We have been experiencing intermittent problems with the solder masking bubbling up from the bottom side of the board, after wave soldering. Our board fabricator claims that none of his other customers are experiencing this problem, and that it is probably due to excessive preheat temperature. I have put in a call to the manufacturer of the solder mask they use, in order to get a spec sheet on the recommended temperature range. (All copper is bare prior to solder masking - so having tin plating under the solder mask is not the culprit.) I have also put in a call to the wave solder machine manufacturer for help, but haven't heard back yet.
We have a two stage preheater; Zone 1 is set for 769 F and Zone 2 is at 360 F (measured at the thermocouples near ceramic glass top that protects quartz-heater tubes). With temperature dots we measured the board top surface, after passing through the preheater, to be between 210 - 220 F. The solder pot temperature is at 500 F.
Question: Do these preheater settings seem so far off as to cause intermittent solder mask problems to the bottom side of boards?
We use a fixture with adjustable rails and fingers during the wave soldering process. It has been noted that a majority of the problems with bubbling/peeling solder mask occurs near the edges, of the bottom side, of the board where the fingers and rails grip the board. One thought was that leftover flux residue on the fingers/rails might be reacting with the solder mask and causing an adverse reaction during the heating process. Of course, when we last used a brand new fixture, we still noticed the problem (even in areas not touched by the fixture).Thus, we are bringing in the rep for the flux manufacturer for suggestions/solutions, as well. We drain/clean the flux pot once a week, but I am not sure if we maintain the proper flux density, upon refilling.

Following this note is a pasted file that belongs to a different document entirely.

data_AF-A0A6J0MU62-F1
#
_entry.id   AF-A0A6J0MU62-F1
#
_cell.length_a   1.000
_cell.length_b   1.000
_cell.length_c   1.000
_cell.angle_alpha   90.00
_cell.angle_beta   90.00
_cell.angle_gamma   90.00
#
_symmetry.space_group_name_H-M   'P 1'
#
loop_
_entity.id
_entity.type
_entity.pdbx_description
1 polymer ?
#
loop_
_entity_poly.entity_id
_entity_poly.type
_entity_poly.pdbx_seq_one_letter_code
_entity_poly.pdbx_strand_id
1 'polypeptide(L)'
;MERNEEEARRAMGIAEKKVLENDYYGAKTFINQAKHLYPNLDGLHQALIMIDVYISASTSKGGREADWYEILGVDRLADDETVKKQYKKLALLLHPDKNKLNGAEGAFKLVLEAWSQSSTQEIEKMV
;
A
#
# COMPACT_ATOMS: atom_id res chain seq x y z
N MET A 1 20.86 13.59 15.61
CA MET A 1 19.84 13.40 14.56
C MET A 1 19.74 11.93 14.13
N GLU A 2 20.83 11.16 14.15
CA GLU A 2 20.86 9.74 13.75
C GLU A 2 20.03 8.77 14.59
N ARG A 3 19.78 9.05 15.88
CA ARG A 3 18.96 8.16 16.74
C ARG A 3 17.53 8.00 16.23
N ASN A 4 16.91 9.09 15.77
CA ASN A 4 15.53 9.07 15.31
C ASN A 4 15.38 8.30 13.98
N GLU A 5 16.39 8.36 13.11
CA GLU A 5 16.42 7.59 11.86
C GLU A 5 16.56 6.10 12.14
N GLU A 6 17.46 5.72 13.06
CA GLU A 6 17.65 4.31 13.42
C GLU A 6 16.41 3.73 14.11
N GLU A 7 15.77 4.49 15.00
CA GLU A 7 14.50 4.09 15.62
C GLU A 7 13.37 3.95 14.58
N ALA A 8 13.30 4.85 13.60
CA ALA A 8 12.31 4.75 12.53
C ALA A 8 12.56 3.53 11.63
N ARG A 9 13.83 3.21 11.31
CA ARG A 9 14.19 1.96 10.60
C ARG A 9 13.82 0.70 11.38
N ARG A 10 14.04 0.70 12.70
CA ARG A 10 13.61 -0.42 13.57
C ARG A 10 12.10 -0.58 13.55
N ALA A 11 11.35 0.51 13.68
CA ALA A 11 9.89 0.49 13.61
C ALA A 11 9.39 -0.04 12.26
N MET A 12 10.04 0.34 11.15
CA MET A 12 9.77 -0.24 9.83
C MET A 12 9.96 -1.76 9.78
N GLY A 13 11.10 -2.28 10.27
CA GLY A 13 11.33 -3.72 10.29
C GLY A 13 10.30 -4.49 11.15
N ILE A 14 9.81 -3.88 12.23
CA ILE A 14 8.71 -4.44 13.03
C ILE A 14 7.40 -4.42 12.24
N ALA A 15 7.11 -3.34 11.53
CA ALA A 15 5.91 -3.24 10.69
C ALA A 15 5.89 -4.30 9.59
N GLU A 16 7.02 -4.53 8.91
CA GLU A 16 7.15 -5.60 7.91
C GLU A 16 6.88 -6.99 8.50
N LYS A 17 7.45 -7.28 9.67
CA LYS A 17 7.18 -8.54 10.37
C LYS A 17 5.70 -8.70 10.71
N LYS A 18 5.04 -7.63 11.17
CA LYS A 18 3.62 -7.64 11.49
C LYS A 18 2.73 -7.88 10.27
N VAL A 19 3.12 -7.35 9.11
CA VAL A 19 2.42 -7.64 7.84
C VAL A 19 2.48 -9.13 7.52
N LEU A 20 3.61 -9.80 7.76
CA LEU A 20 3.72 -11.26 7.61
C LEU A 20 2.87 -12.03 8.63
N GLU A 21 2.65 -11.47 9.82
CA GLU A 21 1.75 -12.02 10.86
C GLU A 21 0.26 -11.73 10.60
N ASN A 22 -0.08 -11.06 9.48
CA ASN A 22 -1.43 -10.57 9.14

As you can see, we are trying to tackle this problem from all angles. Unfortunately, we are not experts in wave soldering.
Any assistance would be greatly appreciated.